Two years on from the discovery of the first treatment for COVID-19 we tell the story of how it has saved millions of lives around the globe. We look at the study that found it, and what that means for future diseases.
The trial that saved lives
Two years on: the COVID-19 treatment that saved millions Two years ago, the discovery of the first lifesaving treatment for COVID-19, was announced to the world. In the following nine months, dexamethasone, saved an estimated one million lives worldwide, including 22,000 in the UK.
In Depth: the RECOVERY trial by the researchers who worked on it Dexamethasone was announced as effective one lunchtime and four hours later was protocol in all NHS hospitals. Read the inside story of the trial that discovered it, from the people who were working on it: ‘To a young researcher like me, that day felt like being part of history. It was a gift from the UK to the world.’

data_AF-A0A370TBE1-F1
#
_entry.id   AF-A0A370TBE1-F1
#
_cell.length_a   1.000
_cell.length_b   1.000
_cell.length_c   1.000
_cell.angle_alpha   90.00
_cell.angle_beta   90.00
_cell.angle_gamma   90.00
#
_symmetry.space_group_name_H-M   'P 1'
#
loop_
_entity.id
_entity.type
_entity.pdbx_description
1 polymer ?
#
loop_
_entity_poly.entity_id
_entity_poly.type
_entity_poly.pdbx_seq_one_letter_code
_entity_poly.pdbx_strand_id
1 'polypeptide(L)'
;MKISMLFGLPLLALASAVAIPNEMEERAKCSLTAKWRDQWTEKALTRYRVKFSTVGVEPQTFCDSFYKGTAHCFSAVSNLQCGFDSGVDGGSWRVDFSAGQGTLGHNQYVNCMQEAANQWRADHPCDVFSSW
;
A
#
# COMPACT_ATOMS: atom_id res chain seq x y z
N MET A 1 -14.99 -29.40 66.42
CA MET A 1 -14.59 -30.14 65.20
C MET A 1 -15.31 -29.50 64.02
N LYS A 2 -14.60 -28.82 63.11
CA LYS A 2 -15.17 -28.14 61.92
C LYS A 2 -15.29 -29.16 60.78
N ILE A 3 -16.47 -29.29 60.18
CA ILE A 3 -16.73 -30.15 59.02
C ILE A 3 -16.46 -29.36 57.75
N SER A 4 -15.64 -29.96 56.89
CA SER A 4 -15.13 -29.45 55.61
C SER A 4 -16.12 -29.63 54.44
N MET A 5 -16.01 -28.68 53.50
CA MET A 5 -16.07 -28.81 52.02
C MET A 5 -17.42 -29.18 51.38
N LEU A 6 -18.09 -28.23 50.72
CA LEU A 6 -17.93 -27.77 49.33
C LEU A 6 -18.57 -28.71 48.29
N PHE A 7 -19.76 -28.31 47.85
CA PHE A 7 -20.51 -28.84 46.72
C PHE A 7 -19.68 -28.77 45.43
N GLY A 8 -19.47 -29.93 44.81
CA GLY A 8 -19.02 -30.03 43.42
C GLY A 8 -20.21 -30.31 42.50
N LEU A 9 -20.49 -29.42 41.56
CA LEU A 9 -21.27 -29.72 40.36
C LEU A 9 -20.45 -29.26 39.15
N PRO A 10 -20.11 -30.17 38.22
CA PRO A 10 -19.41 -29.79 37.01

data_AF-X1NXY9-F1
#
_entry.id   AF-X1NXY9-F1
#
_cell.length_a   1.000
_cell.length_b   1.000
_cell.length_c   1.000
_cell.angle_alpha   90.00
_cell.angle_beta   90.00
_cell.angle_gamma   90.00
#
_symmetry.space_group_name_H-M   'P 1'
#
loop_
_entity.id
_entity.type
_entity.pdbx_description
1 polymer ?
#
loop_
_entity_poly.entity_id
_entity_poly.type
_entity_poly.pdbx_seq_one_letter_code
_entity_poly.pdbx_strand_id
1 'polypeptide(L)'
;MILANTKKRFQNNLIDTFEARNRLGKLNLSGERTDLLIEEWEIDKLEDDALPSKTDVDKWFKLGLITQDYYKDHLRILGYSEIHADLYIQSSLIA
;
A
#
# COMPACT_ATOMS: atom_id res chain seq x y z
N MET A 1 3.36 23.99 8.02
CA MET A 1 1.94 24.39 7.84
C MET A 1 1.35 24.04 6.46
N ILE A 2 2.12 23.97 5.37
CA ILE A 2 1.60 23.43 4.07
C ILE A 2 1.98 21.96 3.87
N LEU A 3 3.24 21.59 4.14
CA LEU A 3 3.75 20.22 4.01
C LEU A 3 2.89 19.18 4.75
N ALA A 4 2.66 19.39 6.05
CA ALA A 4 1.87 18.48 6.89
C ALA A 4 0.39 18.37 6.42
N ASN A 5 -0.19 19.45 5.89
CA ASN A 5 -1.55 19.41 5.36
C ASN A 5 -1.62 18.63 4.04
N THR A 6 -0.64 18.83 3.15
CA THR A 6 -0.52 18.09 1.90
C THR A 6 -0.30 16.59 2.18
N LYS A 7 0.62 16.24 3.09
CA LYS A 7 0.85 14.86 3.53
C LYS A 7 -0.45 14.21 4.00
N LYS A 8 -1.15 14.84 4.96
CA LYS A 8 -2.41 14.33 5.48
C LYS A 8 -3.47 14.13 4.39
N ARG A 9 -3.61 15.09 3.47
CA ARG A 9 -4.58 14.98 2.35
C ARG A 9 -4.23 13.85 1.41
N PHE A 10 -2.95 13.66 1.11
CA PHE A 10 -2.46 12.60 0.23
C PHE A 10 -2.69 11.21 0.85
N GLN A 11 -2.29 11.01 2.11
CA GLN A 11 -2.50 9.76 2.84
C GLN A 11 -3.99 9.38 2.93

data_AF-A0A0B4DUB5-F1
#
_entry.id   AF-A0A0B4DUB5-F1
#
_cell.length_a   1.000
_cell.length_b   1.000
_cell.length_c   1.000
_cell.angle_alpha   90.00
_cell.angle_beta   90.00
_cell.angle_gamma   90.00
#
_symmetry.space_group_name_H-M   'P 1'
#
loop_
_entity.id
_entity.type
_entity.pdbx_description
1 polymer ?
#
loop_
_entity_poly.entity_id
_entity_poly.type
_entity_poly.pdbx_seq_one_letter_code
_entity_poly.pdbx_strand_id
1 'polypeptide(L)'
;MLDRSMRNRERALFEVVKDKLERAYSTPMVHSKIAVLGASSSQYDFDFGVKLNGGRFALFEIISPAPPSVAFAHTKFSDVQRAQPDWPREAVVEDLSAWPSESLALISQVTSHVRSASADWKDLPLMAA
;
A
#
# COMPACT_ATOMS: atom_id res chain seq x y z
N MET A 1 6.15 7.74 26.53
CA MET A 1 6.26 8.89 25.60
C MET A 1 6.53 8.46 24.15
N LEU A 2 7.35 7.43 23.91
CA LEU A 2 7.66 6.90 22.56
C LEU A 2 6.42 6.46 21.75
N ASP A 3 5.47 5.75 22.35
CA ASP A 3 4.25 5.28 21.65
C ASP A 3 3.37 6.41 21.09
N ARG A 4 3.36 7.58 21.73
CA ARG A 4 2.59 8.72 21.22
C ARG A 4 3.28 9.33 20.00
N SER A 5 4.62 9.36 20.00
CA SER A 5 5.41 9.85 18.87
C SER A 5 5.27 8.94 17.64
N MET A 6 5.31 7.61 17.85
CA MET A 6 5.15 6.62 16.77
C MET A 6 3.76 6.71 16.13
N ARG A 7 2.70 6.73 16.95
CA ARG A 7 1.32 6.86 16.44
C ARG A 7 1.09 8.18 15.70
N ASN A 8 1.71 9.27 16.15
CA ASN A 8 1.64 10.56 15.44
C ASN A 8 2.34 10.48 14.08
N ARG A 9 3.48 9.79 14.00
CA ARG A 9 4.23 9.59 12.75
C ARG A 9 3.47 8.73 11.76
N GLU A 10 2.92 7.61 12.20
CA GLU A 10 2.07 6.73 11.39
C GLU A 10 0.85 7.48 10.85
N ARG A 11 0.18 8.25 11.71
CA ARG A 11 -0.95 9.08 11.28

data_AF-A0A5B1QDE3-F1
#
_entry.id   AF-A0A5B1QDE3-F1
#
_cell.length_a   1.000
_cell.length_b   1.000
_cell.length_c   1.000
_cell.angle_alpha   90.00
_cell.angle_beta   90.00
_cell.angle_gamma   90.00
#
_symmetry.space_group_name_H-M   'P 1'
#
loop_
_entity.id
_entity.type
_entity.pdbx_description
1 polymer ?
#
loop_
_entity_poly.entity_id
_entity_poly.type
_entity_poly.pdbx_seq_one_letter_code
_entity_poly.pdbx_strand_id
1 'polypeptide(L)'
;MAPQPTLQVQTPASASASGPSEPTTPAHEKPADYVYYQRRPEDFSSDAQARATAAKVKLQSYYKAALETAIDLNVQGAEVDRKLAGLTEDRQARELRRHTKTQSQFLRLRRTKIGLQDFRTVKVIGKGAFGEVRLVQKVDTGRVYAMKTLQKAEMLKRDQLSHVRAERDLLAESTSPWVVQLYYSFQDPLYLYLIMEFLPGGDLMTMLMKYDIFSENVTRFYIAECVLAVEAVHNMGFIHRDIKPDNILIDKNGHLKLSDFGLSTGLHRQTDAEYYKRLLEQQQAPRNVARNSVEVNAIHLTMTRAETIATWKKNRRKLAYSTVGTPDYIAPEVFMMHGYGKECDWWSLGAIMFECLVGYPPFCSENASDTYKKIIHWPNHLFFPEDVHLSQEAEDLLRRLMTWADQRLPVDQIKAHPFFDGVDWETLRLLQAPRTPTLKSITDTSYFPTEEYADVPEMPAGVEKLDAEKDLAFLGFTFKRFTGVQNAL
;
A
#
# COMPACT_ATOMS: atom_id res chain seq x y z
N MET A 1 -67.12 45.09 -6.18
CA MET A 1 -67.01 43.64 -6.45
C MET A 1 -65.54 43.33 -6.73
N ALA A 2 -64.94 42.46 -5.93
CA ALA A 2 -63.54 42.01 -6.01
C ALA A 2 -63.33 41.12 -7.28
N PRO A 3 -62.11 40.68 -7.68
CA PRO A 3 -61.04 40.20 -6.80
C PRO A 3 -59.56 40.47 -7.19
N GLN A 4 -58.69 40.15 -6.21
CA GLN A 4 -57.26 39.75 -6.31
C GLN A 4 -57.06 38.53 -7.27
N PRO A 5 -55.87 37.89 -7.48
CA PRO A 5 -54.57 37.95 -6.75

What RECOVERY means for the future of clinical trials As the COVID-19 situation in the UK changes, so is RECOVERY changing. In this piece, Professor Richard Haynes explains how the study is being expanded globally, to help those countries where vaccine coverage is less good.
WATCH: Dexamethasone saved my life
John Hanna was on a ventilator and seriously ill when his wife was asked if he’d take part in the RECOVERY trial. `It’s as if I am watching him die in front of me and there’s nothing I can do,’ his wife Esther recalls. The trial allocated him Dexamethasone – and the results were dramatic. Watch John and Esther’s story here.
COVID-19 immunity study reinforces the need for booster jabs An MRC-supported study led by Glasgow Caledonian University, found that double-jabbed people who had previously been infected had greater protection against the virus, standing at over 90% after two doses. This protection remained strong over a year after infection.
Drones deliver urgent medical supplies to Scilly Isles Drones developed in Southampton and Cornwall, supported by ISCF, carried PPE and COVID-19 testing kits to the Isles of Scilly. This has proved they can be rapidly mobilised to deliver time-sensitive supplies like vaccines.